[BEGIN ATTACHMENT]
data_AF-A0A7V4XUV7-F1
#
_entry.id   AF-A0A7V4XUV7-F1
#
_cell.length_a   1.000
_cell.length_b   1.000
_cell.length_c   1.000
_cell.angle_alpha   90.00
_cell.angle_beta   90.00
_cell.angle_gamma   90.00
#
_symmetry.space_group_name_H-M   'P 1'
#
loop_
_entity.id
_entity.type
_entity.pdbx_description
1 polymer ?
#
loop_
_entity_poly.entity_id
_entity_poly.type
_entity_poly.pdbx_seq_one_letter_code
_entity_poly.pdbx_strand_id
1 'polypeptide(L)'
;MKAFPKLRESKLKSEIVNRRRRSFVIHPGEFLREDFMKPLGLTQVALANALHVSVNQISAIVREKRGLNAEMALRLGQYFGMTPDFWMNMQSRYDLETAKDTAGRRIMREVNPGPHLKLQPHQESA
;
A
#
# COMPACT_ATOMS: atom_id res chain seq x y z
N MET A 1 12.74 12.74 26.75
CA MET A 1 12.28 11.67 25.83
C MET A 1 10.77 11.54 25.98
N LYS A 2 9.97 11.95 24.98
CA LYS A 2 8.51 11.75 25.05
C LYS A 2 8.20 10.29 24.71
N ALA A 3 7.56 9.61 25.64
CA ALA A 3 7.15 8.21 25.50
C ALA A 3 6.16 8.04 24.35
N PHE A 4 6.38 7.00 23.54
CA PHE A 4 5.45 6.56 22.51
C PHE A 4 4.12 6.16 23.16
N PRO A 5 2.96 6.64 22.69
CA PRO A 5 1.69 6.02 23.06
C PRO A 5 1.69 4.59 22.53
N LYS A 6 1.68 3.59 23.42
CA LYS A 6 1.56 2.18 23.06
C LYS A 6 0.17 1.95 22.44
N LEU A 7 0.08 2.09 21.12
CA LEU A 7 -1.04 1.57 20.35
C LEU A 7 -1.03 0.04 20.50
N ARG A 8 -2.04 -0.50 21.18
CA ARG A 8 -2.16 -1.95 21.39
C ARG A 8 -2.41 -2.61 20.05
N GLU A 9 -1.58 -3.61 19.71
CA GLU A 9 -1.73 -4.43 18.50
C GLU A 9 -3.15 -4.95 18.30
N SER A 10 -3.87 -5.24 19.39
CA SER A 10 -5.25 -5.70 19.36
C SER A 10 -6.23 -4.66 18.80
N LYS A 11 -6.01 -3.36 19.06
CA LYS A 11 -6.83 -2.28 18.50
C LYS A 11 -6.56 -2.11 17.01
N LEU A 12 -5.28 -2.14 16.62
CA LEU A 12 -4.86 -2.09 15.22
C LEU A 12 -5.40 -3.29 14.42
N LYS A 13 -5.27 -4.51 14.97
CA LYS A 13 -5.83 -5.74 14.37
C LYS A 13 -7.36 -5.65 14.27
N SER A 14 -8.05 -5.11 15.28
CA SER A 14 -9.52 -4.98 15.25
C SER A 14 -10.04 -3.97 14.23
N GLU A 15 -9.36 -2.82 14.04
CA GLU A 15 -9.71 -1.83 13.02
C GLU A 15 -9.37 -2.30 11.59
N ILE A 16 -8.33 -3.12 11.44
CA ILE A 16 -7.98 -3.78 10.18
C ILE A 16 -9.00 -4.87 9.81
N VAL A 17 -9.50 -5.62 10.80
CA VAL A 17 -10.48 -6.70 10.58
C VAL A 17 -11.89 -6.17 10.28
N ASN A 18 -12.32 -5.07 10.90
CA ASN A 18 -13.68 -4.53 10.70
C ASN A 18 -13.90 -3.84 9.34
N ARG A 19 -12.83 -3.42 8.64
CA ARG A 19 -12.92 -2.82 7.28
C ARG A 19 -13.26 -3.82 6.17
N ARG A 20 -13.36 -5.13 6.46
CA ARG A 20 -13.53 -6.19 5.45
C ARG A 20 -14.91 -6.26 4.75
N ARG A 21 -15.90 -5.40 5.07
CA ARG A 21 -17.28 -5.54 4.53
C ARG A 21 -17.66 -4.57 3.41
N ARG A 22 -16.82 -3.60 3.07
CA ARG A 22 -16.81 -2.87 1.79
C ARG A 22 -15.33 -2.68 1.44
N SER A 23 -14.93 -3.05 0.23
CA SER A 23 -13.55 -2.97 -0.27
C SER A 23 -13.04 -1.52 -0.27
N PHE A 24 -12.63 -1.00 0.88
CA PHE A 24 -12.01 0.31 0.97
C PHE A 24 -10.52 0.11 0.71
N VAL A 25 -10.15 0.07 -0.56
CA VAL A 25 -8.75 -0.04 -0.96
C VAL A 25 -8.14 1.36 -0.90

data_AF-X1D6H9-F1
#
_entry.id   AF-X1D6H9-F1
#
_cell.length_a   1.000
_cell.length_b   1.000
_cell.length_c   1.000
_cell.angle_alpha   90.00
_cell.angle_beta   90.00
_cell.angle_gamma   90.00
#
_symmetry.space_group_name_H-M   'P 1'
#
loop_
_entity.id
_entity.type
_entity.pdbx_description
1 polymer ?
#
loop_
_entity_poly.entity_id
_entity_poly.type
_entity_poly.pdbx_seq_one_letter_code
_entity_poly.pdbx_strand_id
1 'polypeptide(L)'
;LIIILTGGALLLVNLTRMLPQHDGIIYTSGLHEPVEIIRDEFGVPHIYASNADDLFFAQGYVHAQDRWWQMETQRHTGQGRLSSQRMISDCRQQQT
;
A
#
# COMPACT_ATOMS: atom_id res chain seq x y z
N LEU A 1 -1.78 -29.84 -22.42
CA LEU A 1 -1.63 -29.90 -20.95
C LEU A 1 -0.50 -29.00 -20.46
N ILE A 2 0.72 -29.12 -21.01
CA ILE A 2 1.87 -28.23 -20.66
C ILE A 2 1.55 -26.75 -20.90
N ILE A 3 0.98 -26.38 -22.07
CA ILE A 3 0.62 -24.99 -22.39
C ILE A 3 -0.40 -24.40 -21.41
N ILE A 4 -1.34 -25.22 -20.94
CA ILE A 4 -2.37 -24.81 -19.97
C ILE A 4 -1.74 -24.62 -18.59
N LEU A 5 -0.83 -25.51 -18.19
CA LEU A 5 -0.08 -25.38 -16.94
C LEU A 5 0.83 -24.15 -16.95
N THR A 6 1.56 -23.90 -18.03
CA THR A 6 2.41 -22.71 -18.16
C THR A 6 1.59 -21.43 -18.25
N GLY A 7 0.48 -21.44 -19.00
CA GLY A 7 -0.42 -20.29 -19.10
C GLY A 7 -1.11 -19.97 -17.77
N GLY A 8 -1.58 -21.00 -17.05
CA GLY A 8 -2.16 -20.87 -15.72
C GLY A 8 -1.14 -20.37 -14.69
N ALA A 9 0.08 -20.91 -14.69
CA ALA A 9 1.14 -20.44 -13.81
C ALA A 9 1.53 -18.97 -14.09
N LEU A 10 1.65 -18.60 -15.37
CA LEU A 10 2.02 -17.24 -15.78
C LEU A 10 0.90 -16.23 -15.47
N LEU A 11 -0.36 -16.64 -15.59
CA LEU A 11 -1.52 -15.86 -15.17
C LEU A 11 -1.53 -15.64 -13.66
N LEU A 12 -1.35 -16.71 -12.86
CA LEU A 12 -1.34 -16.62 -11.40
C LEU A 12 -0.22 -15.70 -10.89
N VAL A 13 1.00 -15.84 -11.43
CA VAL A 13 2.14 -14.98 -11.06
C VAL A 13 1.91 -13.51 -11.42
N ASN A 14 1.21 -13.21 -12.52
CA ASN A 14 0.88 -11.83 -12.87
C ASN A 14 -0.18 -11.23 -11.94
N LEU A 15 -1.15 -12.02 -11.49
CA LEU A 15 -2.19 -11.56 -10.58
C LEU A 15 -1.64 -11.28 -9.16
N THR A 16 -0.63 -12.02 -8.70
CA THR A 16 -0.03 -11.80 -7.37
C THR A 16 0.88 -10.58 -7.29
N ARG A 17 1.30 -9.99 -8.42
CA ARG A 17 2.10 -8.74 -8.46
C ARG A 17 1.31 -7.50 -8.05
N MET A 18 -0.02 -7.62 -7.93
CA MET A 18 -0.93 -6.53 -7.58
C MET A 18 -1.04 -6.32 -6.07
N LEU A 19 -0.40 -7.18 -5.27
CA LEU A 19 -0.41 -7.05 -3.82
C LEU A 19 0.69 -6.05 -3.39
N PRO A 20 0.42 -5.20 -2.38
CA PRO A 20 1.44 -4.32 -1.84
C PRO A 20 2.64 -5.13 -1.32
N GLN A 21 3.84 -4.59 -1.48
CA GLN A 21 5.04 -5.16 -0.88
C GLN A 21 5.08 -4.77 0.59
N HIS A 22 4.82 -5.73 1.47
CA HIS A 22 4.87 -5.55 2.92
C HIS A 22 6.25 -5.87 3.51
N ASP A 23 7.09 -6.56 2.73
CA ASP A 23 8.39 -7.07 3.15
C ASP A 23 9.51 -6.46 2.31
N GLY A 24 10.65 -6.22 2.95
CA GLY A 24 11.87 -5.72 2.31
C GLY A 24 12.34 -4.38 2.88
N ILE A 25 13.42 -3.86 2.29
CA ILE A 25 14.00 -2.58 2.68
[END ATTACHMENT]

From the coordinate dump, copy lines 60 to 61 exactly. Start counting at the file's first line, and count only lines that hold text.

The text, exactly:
C SER A 10 -6.23 -4.66 18.80
N LYS A 11 -6.01 -3.36 19.06